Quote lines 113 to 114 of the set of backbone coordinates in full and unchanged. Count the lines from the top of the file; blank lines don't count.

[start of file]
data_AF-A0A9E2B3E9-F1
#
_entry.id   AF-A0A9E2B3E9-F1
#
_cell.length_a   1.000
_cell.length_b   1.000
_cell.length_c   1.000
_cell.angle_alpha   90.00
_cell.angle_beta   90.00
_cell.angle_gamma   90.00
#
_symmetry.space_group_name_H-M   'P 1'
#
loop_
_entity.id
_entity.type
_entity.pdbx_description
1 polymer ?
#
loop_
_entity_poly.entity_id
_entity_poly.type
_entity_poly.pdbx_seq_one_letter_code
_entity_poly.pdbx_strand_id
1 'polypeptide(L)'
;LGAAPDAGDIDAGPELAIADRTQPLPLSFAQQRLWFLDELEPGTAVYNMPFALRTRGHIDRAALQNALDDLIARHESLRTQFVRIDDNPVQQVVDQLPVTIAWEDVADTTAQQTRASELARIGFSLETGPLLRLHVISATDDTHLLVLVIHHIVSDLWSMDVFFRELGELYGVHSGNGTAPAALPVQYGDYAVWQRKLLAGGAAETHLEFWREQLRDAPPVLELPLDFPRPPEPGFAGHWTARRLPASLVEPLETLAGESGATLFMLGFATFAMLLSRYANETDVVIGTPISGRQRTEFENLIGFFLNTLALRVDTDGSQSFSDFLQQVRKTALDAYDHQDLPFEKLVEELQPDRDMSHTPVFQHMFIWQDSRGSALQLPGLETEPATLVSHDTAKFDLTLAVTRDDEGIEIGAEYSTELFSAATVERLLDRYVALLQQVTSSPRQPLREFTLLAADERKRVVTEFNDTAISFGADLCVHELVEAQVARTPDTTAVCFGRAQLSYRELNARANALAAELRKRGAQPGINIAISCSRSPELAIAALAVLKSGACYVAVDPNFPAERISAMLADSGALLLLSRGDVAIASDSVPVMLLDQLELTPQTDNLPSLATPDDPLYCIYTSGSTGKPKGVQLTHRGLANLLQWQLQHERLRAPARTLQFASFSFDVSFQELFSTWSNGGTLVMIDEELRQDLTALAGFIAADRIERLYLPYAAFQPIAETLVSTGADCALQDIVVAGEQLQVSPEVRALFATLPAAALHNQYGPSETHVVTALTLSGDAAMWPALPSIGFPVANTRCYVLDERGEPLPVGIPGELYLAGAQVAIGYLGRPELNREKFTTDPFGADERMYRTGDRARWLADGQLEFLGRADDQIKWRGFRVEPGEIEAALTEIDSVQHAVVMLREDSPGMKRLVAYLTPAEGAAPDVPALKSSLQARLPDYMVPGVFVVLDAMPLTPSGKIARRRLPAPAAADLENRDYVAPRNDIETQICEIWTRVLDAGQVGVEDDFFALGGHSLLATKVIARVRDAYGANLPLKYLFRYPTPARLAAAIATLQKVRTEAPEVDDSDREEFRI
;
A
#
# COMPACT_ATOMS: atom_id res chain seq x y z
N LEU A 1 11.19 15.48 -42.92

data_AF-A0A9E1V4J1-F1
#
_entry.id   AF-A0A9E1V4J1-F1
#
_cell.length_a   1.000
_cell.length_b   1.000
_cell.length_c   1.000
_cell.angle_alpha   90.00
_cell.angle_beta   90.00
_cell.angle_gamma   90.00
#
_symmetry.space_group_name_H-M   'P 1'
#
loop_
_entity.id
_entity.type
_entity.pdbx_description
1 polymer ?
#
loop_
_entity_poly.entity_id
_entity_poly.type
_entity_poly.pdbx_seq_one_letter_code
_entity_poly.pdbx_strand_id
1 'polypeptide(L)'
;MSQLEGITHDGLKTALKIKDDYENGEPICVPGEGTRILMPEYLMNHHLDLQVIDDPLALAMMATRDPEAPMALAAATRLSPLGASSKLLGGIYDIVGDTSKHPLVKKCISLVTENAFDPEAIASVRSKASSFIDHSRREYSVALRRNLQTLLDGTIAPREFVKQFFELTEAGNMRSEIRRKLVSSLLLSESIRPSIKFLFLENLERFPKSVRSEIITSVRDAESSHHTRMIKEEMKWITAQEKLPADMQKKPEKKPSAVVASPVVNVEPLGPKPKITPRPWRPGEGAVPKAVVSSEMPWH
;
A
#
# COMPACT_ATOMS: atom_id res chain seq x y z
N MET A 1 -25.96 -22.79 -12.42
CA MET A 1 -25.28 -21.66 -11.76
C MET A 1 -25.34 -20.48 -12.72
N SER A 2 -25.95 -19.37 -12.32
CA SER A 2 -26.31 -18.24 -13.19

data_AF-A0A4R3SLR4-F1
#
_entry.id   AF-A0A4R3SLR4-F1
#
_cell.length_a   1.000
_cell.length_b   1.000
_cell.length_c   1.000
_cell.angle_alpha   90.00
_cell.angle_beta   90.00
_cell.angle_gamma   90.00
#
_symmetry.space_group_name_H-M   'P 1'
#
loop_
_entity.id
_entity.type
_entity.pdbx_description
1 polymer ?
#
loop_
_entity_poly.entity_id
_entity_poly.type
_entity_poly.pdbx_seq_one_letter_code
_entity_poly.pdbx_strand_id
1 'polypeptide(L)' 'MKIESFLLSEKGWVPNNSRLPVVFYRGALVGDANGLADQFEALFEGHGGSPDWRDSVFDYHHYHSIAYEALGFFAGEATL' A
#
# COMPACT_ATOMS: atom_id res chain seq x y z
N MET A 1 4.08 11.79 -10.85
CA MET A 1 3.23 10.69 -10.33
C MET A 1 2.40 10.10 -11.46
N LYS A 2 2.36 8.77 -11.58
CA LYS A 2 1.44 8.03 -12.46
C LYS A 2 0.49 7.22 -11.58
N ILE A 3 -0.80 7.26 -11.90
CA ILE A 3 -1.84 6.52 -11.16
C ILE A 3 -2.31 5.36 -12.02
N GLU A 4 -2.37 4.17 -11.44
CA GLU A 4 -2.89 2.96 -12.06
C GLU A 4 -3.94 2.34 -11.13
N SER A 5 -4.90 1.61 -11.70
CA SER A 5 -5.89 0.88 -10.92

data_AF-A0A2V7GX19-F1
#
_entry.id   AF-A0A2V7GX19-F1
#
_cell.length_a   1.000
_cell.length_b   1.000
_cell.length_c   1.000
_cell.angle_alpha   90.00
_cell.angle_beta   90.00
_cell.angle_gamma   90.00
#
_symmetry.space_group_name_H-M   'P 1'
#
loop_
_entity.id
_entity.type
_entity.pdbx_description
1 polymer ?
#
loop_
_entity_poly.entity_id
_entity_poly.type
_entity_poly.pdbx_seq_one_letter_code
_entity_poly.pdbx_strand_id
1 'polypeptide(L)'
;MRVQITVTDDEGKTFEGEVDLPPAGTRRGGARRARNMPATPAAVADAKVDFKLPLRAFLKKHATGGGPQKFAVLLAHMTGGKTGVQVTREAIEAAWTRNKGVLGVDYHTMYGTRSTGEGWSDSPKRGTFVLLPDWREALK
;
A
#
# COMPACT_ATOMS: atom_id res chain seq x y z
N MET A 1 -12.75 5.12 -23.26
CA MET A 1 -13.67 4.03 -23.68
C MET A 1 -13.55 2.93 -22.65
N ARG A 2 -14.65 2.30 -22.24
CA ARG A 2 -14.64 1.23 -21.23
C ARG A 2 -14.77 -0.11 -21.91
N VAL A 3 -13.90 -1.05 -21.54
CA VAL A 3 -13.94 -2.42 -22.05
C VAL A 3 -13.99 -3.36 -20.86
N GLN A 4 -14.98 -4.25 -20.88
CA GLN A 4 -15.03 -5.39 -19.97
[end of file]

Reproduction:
_cell.length_b   1.000
_cell.length_c   1.000